You clarified that:
[The header has no] templates/inline functions... doesn't have any implementation detail of functions.
Generally speaking, no, adding a header file won't affect program size.
You could test this. Take a program that already builds, and check the executable size. Then go into each .cpp file and include a standard C or C++ header file that isn't actually needed in that file. Build the program and check the executable size again - it should be the same size as before.
By and large, the only things that affect executable size are those that cause the compiler to either generate different amounts of code, global/static variable initializations, or DLLs/shared library usages. And even then, if any such items aren't needed for the program to operate, most modern linkers will toss those things out.
So including header files that only contain things like function prototypes, class/struct definitions without inlines, and definitions of enums shouldn't change anything.
However, there are certainly exceptions. Here are a few.
One is if you have an unsophisticated linker. Then, if you add a header file that generates things the program doesn't actually need, and the linker doesn't toss them out, the executable size will bloat. (Some people deliberately build linkers this way because the link time can become insanely fast.)
Many times, adding a header file that adds or changes a preprocessor symbol definition will change what the compiler generates. For instance, assert.h (or cassert) defines the assert() macro. If you include a header file in a .c/.cpp file that changes the definition of the NDEBUG preprocessor symbol, it will change whether assert() usages generate any code, and thus change the executable size.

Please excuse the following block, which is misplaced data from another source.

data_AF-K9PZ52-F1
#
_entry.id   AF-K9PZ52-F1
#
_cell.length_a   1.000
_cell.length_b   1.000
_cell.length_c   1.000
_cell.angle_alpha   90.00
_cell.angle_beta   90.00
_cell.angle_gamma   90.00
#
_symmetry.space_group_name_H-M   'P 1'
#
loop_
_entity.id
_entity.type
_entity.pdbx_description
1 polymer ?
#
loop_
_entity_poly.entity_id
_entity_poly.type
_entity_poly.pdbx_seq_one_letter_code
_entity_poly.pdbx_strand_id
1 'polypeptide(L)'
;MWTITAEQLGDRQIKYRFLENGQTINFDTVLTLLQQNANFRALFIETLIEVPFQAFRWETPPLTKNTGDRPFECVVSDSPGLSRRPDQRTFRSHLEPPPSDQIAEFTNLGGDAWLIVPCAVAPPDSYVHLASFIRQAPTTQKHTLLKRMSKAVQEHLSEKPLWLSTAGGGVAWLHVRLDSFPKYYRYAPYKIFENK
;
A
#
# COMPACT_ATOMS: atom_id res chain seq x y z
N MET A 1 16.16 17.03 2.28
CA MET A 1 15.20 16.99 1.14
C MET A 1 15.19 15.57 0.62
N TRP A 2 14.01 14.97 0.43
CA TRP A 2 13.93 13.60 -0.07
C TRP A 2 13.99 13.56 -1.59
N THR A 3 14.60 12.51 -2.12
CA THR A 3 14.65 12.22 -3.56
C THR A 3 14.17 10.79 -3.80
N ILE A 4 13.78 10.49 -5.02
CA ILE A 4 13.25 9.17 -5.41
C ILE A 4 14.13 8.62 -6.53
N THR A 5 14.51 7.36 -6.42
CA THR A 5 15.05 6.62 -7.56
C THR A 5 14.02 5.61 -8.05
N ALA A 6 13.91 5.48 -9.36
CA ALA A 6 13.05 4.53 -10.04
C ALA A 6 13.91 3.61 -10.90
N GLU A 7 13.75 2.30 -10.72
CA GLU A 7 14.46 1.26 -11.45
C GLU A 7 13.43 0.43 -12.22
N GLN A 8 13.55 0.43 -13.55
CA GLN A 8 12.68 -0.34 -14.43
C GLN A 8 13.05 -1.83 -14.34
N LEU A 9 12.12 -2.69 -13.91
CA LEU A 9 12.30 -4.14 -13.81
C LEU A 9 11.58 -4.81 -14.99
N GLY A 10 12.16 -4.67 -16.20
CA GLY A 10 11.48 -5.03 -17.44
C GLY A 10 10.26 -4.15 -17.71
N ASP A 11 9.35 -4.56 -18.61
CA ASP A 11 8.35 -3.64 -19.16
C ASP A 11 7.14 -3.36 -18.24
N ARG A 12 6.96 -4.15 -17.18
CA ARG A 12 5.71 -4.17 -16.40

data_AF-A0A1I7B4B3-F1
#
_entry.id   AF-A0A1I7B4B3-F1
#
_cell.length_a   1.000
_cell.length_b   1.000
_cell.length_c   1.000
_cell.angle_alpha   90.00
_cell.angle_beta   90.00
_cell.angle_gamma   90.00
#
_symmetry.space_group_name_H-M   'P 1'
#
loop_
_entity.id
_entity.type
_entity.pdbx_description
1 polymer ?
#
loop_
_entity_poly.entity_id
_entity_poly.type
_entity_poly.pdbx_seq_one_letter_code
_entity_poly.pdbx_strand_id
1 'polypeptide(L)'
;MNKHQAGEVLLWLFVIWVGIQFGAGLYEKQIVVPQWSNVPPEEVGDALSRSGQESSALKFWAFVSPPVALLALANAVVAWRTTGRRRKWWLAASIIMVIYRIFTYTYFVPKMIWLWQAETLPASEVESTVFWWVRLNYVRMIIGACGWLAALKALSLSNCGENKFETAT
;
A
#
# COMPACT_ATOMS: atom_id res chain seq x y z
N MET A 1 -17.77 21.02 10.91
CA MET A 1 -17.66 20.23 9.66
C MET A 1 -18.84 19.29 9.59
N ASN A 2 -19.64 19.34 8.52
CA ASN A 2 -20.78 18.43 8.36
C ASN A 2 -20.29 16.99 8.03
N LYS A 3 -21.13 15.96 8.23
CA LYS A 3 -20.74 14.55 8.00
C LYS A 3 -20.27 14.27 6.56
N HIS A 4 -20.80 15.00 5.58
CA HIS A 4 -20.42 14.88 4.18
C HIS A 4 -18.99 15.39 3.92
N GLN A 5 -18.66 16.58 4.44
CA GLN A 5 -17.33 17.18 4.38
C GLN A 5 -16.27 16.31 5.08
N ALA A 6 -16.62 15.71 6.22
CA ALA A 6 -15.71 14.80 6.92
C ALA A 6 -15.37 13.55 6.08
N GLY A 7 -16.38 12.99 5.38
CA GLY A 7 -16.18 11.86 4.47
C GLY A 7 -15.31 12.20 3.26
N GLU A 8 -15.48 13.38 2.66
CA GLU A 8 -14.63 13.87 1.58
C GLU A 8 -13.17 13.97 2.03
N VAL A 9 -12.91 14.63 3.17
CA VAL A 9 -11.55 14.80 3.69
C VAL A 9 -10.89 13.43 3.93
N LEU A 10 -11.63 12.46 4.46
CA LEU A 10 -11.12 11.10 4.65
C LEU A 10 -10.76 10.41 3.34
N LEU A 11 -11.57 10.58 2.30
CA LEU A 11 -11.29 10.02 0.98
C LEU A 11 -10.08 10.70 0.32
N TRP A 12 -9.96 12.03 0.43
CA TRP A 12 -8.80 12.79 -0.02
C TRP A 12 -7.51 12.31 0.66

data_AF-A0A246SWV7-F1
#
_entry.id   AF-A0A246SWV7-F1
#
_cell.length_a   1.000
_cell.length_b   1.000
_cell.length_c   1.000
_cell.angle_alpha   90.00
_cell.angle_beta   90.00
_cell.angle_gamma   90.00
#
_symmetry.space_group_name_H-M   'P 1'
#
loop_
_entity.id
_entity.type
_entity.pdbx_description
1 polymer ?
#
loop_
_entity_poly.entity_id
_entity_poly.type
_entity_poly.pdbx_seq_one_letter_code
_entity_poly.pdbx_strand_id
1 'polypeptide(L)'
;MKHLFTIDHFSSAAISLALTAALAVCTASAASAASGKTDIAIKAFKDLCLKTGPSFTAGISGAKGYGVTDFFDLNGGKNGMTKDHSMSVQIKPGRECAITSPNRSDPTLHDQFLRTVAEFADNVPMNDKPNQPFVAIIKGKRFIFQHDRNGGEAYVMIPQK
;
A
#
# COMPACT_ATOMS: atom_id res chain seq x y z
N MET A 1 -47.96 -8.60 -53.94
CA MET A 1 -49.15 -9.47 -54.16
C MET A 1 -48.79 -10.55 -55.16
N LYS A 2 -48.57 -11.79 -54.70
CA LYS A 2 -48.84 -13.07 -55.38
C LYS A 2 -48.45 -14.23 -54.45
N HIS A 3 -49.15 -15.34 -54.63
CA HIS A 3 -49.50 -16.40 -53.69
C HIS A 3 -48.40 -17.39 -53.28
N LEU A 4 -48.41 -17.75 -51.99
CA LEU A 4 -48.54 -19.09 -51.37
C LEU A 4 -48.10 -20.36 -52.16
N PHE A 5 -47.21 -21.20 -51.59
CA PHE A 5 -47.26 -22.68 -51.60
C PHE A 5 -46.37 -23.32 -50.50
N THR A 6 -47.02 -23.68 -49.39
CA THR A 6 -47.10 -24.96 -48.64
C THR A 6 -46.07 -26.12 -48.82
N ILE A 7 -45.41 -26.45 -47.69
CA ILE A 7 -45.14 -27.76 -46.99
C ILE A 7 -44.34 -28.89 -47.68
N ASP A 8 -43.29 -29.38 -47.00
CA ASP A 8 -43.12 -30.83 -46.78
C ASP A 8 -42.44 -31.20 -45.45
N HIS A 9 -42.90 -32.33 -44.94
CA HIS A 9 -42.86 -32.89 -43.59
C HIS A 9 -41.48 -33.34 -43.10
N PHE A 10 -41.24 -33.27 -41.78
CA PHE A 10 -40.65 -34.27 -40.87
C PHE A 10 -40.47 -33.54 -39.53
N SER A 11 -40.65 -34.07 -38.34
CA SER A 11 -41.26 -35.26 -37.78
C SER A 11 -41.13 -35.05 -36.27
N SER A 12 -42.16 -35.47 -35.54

Also, adding a header file that changes compiler options will change the executable size. For instance, many compilers let you change the default "packing" of structs via something like a #pragma pack line. So if you add a header file that changes structure packing in a .c/.cpp file, the compiler will generate different code for dealing with structs, and hence change the executable size.
And as someone else pointed out, when you're dealing with Visual C++/Visual Studio, all bets are off. Microsoft has, shall we say, a unique perspective around their development tools which is not shared by people writing compiler systems on other platforms.